Post Trade Working Group

By Tim Healy | 25 November 2014

Many, many, many moons ago I started my career in the City in the back-office of a US investment bank. Part of my daily duties back then was to ensure that the client confirms, that were dispatched by post to clients, matched the dealing tickets from the previous day. Each day I would start with a pile of 100 dealing tickets and a pile of 300 trade confirms (accounts had multiple confirms). So I checked the usual details – Buy or Sell, Quantity, Symbol, etc. Every now and then a checking error would occur, adjustments had to be made and possible delay to settlement. It was a very manual process and on the odd occasion, I or a colleague (more often a colleague, of course) would not pick up a mismatch resulting in a settlement delay. At that point, when you had a manager or Head of Sales screaming blue murder at you, you realised the value of the post trade workflow.

Those days are long gone of course. The front-office and trading process became much more electronic and efficient and the confirmation/allocation workflow moved to a vendor driven CTM model. Those manual processes became more automated and the instances of trade failures greatly reduced as well. But there was still a feeling that the process of broker-to-client trade confirmation could be improved even further.

Within the FIX Trading Community, we have a large number of active Working Groups, Committees and Subcommittees. One of the most active and best attended groups is the Global Post Trade Working Group. The group has been in existence for just over 12 months, has 190 members and has set out its aim as ‘to explore how to effectively address the many challenges impacting global post-trade processing to encourage the development of increased transparency, reduced costs and greater efficiencies in this space.’

As FIX started out in the US 20 years ago, so did the idea that the FIX Protocol could be used for post-trade in some way. Prior to the formation of the Global Post Trade Working Group, some of the largest US asset managers had got together to explore the possibility of using FIX for the confirmation and allocation process. They drew up some initial guidelines for the adoption of FIX for this workflow for cash equities. This was a major departure from the incumbent CTM model and would allow the broker-to-client flow of information to leverage off the already well-established electronic trading infrastructure and help facilitate straight-through processing (STP). As time went on, The Global Post Trade Working Group took shape and those initial guidelines became Recommended Guidelines and the scope was broadened out to include vendors and the sell-side.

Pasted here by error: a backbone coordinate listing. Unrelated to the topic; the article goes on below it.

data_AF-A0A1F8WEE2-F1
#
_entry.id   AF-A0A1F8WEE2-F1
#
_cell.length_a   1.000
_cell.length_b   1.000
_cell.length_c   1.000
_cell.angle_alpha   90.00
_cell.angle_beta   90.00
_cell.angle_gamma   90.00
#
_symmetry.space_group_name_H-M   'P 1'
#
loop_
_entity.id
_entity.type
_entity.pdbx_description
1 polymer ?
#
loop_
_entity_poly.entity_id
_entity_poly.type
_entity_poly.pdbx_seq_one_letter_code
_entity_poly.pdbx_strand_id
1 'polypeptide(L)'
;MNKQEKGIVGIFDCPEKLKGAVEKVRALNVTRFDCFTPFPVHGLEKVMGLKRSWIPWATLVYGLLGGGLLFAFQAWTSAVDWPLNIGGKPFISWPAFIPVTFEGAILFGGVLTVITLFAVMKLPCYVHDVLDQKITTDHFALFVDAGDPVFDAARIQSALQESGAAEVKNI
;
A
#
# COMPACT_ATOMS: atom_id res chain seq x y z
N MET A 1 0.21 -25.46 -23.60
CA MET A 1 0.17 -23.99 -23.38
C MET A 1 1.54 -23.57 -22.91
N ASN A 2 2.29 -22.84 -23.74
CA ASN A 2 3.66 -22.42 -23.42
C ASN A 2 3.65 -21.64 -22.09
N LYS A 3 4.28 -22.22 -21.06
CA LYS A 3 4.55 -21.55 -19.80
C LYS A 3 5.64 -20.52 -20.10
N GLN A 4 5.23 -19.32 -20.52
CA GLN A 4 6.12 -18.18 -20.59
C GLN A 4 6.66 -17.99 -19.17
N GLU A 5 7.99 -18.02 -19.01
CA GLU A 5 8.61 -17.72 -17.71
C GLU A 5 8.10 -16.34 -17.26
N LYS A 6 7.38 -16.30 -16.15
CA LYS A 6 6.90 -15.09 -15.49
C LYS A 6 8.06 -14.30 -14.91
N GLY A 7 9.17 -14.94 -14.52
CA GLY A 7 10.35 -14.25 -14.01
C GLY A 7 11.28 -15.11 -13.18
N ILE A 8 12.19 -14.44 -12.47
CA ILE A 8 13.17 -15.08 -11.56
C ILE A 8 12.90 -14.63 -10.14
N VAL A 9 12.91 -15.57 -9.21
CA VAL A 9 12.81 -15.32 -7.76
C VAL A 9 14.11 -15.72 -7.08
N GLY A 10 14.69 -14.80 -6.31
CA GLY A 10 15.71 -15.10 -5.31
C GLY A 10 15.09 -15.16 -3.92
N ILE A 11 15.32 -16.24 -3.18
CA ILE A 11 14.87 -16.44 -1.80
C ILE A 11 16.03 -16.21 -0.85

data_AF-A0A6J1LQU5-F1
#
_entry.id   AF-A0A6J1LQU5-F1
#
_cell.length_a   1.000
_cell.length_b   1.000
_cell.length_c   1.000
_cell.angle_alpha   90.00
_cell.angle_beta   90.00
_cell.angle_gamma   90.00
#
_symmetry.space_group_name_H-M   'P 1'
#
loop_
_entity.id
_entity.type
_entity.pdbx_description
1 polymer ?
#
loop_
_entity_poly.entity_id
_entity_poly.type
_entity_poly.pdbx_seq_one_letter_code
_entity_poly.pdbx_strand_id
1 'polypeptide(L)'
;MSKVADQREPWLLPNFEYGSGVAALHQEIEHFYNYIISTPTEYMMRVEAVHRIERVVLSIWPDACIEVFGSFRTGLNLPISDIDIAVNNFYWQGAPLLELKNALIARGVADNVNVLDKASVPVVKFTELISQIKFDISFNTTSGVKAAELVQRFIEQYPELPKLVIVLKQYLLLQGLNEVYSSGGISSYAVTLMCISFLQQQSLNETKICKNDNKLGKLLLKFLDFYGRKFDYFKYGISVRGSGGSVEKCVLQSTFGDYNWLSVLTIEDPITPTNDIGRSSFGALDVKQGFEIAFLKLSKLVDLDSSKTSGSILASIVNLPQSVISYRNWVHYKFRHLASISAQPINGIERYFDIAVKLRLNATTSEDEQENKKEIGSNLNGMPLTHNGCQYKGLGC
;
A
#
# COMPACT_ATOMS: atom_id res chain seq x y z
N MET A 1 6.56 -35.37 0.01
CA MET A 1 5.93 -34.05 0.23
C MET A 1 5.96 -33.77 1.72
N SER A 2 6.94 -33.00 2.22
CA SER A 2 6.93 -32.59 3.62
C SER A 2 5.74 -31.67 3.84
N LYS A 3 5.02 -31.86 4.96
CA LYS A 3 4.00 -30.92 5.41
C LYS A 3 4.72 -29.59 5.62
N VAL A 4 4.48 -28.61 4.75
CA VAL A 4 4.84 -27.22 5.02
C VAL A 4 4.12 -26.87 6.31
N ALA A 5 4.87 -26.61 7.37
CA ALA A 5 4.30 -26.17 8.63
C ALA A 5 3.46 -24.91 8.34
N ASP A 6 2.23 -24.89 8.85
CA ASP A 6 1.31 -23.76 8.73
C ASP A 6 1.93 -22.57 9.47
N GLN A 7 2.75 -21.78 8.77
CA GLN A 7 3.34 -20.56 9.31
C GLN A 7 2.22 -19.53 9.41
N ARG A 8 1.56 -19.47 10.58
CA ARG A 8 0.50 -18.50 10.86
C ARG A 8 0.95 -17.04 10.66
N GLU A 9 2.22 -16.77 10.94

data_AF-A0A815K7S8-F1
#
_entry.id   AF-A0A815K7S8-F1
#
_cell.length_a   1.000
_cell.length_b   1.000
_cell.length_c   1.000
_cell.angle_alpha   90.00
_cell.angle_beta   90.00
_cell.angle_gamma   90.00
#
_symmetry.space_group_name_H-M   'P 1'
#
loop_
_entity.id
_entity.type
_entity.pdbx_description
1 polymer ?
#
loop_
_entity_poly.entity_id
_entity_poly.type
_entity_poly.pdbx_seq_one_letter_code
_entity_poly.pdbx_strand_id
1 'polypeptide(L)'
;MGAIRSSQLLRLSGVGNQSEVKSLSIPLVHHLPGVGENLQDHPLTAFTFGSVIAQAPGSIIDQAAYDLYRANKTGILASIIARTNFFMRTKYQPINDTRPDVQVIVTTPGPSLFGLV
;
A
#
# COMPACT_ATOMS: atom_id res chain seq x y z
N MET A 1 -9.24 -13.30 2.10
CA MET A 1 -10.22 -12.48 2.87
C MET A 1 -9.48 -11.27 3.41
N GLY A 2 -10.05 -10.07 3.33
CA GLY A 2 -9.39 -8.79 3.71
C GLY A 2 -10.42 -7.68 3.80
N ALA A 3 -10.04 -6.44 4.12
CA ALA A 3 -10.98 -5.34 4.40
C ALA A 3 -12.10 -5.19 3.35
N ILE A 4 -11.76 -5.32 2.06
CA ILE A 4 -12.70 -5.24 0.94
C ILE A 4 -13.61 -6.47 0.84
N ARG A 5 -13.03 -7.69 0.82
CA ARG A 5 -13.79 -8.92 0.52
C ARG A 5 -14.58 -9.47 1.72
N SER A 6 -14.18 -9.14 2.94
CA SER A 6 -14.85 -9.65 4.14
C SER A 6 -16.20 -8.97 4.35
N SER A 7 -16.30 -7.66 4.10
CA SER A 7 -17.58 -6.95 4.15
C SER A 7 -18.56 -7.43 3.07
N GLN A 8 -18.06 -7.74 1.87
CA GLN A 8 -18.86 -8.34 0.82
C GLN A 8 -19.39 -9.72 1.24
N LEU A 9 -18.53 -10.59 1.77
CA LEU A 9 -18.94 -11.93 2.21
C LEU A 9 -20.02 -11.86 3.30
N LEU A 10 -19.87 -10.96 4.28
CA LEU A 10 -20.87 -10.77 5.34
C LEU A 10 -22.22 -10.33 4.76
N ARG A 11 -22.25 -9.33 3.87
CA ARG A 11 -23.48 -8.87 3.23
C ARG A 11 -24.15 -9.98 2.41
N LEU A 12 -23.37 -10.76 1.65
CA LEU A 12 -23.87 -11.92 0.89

Why would this be so important to asset managers? It really goes back to the aim of the Global Post Trade Working Group - increase transparency, reduce costs and achieve greater efficiencies. By not being reliant on any one vendor for the confirmation/allocation process, that single point of failure is all but eliminated. FIX has become the de-facto messaging standard for trading. As an open standard, the possibilities for it to be used for more than just trading have been very apparent over the years.

Additionally, settlement cycles around the globe look to be shortening. In EU, settlement will move to T+2 in early 2015 and there is talk in the US of a similar move being made. This will put even greater strain and emphasis on making sure that the confirmation and allocation processes are done correctly and efficiently. In years to come, there may even be a push to T+1 and potentially even real-time settlement. To be able to meet all these changes, the buy side and sell side have embraced the use of FIX.

There has been a very conscious effort by the Working Group to ensure that the momentum they have built up with cash equities continues into different asset classes for post-trade. Various sub-groups were created to address Equity Swaps, FX and Fixed Income. Guidelines for these different asset classes are being worked on and drafted and expected to be released over the course of 2015. There will be more efforts to push for greater adoption within the FIX Trading Community and outside of it going into next year as well and we can expect more innovation as time goes on with greater adoption of FIX for post-trade.

Although perceived as the less glamorous part of the business, post-trade is nonetheless still absolutely vital to all market participants, as it always has been. A trade failure on a multi-million US$ trade settlement does not go unnoticed. Having the ability to cut down these potential trade failures and to do it in an efficient and cost-effective manner will mean that FIX becomes the standard for pre-trade, at-trade and post-trade.

By Tim Healy, Global Marketing and Communications Manager for the FIX Trading Community

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